The Pop City story has links to current IPI events in Pittsburgh.  The IPI's home page is here.  Justine and I have big plans for additional IPI programming, including new courses for law students and a research program to complement the teaching and community engagement.

Fresh Eyes on Pittsburgh, Part 3


Here is the next, overdue, installment on my brief “Fresh Eyes on Pittsburgh” series. Read the first installment for the background and the premise.Today's topic: arts and sports in Pittsburgh.Well, sports. There's quite a bit going on in Pittsburgh's arts world - music, visual art, dance and theater and other performing arts, craft, writing and publishing -- but sports knit Pittsburgh together in public ways that the arts world, at least today, just can't. As to arts, there are the big public institutions: the Cultural District, the Carnegie Museums, the big performance stages Downtown and elsewhere. There is Pittsburgh's still-in-rediscovery arts history: jazz and blues, Teenie Harris, August Wilson, Andy Warhol, Hollywood legends like Gene Kelly and Shirley Jones, more recent they-come-and-then-they-go performance spaces (the Oakland Beehive, Club Laga), and undoubtedly other things that don't come immediately to my mind as I sit here typing. And there is Pittsburgh's emerging and increasingly robust contemporary avant-garde: hip hop stars Wiz Khalifa and Mac Miller, Girl Talk, the gallery "scene" in Lawrenceville and whatever you call the cool stuff that's happening in East Liberty in and around the Waffle Shop and the Kelly-Strayhorn Theater. Pittsburgh is no New York and never will be, but there is a growing amount to be proud of and to be challenged by in Pittsburgh, and that's a great thing.But I digress.Sports are the undisputed kings of Pittsburgh's cultural life. And when I say "sports," today I mean "football," and when I say "football," for almost all intents and purposes, I mean the Steelers. High school football rules Friday night social life in Western Pennsylvania to a degree that's matched only in Texas and parts of Ohio, I am told, and college teams in the region elicit passions of their own. I'm looking at you, Pitt and Duquesne, as well as programs like RMU, CMU, and smaller regional programs like Cal U., W&J, Slippery Rock, and IUP, among others. Moreover, Penn State and its alumni are massive presences in Pittsburgh, which is something that surprised me when I moved to Pittsburgh more than a decade ago. But today the PSU presence here makes sense -- Penn State counts several hundred thousand living alumni -- making it all the more disappointing that Pitt and Penn State haven't played each other in football in many, many years. I'll venture only one other comment here about Penn State: I have never encountered any other university anywhere where the identities of so many alumni and students are so directly bound up with the image and influence of one person -- Joe Paterno -- and the school's football program. That observation regarding Penn State might be scaled up and over and applied to Pittsburgh's relationship with the Steelers:The Steelers are Pittsburgh; Pittsburgh is the Steelers.  More than a handful of people in Pittsburgh are not Steelers fans, or don't care about football at all, or don't pay attention to when and where the games are played. But it is impossible to live in Pittsburgh and not have a sense of the role that the team and its history occupy both in community culture and in defining the world-wide Pittsburgh "diaspora" of ex-pats and those who fancy themselves Pittsburghers just because they have that kind of imagination. Stuck in Reykavik on a Sunday afternoon? They have a Steelers bar for you. The place is called Bjarni Fel. Walk in wearing your Steelers jersey, and you'll be greeted like a hero. When I first moved to town, a colleague who had recently joined the Pitt faculty -- a woman, and an athlete but not a football fan -- told me that she had quickly decided to pick up a bit of Steelers trivia solely because she wanted to be able to keep up at parties. The line that she mastered, in 1998, was this: "How about that Immaculate Reception?" I grew[...]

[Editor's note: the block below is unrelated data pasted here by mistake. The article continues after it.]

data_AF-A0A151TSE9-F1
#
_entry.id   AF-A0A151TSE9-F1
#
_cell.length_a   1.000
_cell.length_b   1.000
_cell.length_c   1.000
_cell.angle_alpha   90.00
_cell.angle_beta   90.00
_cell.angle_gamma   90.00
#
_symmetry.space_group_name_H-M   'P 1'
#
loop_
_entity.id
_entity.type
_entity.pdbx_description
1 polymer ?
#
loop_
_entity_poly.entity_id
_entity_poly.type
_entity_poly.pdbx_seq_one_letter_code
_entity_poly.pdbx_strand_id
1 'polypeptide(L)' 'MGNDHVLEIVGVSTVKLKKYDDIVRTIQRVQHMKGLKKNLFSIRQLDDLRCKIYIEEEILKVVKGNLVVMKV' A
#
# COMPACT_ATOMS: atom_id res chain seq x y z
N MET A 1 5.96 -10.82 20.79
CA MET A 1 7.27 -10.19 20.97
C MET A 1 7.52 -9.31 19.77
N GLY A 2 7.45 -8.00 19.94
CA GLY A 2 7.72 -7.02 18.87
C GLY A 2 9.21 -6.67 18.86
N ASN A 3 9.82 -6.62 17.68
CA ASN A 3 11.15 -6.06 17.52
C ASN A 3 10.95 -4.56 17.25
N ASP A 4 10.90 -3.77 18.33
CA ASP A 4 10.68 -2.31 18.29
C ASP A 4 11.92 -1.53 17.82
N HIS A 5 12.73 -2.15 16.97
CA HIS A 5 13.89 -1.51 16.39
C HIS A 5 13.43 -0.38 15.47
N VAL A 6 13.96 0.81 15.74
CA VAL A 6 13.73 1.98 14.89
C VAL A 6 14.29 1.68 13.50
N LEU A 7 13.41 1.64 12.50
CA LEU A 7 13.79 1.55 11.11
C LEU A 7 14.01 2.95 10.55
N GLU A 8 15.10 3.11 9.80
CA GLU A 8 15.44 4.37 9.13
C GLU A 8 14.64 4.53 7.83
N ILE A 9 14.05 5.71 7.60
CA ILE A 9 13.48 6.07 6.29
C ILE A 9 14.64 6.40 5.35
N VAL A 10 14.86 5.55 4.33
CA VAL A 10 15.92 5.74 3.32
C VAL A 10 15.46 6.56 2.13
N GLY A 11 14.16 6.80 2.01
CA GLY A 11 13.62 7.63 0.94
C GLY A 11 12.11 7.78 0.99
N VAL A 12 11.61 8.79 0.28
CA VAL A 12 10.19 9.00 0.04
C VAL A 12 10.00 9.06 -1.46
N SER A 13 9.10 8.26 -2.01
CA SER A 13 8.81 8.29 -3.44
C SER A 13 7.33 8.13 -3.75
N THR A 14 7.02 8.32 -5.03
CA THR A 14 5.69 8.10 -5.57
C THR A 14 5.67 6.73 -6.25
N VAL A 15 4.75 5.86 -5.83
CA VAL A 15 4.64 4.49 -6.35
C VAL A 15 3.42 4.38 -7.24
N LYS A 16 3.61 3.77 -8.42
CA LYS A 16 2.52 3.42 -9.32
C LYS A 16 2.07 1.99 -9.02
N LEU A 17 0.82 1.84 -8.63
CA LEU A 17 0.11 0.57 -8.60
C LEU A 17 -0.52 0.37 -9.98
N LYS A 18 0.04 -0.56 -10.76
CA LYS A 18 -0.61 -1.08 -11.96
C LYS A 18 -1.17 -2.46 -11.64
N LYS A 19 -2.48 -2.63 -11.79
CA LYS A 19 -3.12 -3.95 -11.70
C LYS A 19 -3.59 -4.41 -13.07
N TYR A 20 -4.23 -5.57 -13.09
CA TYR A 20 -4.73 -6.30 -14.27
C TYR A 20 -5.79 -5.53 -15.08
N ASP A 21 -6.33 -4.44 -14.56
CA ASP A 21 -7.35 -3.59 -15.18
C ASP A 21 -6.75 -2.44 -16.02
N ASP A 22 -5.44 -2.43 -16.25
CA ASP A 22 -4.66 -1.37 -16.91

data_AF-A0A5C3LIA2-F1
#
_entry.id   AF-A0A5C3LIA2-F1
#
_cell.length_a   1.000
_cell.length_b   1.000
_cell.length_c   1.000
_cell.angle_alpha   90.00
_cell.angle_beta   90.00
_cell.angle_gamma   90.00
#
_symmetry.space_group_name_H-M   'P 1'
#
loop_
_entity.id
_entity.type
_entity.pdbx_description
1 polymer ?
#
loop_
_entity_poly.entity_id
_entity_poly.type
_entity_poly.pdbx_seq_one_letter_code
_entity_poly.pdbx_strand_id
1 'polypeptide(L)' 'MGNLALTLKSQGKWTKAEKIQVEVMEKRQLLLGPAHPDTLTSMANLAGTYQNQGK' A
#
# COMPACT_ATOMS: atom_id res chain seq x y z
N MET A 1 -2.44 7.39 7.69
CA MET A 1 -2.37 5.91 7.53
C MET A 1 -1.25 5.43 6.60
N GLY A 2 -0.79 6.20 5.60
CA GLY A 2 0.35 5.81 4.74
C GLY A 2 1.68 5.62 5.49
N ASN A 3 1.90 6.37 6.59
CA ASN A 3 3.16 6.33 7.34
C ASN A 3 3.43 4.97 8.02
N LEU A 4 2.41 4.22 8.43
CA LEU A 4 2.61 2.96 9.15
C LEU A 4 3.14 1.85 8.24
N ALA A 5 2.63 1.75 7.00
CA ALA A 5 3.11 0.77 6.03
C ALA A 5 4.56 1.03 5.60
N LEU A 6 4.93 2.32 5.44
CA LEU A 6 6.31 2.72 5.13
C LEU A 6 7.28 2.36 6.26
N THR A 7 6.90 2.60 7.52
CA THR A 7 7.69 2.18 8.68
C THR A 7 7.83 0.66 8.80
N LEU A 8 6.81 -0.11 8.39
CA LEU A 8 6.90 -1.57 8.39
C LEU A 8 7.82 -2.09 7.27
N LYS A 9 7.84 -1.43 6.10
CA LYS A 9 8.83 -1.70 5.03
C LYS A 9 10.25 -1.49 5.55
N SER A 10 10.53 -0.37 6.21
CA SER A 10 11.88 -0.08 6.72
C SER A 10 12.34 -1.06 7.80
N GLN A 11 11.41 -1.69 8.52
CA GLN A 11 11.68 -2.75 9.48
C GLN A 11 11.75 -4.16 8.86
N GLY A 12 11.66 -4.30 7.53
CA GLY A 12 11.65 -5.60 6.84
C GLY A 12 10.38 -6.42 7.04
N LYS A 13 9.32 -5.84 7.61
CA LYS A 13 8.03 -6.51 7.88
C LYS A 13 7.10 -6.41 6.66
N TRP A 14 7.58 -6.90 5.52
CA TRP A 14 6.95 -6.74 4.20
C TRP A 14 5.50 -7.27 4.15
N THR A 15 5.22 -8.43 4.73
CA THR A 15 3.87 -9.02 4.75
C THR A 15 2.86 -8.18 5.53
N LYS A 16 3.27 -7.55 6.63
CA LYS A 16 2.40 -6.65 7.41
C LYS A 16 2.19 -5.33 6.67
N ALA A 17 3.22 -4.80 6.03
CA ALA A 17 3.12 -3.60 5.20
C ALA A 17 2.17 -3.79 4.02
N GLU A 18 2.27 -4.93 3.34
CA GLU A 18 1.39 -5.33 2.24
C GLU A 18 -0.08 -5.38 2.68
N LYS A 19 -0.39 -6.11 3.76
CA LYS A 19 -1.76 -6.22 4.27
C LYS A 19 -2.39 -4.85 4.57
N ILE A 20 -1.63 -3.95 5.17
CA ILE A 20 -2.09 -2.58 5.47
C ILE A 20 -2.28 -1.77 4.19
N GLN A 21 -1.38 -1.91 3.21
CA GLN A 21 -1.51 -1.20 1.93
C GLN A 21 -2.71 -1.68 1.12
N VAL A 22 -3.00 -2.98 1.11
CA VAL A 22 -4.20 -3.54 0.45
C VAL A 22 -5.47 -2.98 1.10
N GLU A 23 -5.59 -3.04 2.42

Lawyers for Innovators